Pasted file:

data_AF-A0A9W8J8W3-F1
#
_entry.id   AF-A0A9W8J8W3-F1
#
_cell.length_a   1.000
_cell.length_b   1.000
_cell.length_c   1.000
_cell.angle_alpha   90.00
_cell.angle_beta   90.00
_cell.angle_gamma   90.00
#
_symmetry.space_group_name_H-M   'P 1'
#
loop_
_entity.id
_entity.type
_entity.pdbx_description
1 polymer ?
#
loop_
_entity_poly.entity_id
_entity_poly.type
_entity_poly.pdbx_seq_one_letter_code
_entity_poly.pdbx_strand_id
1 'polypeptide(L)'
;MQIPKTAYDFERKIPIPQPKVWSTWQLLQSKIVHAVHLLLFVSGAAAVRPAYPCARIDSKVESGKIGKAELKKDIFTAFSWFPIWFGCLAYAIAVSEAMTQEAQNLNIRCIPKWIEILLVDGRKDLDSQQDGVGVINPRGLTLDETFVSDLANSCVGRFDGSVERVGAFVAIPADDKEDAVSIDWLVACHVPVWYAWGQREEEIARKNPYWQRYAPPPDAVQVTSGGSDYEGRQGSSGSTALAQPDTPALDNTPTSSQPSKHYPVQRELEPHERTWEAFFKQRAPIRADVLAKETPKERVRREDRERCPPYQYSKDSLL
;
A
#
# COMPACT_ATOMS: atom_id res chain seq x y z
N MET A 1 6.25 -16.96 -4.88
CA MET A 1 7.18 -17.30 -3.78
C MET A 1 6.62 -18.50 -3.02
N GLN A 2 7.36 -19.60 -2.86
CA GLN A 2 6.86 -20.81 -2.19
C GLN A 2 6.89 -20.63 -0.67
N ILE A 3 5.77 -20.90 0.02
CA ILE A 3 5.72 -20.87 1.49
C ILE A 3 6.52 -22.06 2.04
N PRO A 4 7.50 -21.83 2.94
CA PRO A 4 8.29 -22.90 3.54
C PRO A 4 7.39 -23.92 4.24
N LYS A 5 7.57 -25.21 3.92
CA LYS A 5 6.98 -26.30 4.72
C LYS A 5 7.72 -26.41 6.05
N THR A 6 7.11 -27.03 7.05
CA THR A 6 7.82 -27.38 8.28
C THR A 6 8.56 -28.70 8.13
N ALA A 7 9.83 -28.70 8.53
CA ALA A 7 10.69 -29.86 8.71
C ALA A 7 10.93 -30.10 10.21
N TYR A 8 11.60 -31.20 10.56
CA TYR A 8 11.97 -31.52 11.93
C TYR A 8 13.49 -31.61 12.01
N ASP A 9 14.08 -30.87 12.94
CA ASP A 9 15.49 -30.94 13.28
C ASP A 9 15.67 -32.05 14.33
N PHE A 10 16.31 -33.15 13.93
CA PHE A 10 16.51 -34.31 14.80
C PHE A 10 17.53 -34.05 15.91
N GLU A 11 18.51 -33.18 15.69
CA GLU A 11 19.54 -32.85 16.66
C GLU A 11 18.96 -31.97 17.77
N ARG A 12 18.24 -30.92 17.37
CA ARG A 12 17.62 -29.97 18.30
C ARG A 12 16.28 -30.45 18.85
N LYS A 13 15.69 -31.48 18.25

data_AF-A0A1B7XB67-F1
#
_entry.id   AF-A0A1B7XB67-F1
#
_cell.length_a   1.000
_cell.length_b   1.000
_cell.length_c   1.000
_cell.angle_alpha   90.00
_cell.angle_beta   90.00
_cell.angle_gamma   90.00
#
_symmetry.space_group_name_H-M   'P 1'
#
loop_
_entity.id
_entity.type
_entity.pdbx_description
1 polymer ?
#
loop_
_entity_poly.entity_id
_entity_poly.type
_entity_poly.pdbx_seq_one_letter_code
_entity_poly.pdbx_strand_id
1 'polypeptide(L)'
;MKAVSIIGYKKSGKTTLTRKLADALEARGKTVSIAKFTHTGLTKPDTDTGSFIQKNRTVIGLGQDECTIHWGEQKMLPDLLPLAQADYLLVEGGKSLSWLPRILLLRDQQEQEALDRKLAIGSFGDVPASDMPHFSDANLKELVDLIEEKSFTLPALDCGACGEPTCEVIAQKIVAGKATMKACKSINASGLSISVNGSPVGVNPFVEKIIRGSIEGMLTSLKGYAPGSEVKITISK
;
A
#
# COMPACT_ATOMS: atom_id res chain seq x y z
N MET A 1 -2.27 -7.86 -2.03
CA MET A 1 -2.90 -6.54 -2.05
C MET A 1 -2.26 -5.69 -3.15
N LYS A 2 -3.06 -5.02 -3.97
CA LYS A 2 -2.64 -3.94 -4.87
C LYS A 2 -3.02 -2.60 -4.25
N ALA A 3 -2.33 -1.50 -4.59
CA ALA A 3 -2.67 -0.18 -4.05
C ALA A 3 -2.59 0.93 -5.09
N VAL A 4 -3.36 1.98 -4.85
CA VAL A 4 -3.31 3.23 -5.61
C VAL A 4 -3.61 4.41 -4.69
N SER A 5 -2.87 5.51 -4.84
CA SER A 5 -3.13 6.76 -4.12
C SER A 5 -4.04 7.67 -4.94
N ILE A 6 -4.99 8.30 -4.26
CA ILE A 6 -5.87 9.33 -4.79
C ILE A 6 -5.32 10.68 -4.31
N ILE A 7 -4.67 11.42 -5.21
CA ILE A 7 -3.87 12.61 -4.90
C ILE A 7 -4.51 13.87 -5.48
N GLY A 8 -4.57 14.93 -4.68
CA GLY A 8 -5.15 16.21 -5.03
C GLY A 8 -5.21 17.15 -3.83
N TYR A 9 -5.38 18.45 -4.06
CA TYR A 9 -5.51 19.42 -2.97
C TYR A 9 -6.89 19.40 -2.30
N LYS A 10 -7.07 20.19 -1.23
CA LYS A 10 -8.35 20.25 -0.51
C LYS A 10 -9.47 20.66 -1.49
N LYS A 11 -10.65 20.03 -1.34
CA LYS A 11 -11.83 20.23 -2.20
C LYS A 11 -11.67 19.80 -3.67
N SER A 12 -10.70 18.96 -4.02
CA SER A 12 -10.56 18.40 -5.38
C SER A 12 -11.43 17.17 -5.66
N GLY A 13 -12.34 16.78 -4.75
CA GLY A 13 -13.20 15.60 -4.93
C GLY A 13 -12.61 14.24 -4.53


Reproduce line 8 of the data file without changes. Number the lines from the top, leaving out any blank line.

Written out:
_cell.angle_alpha   90.00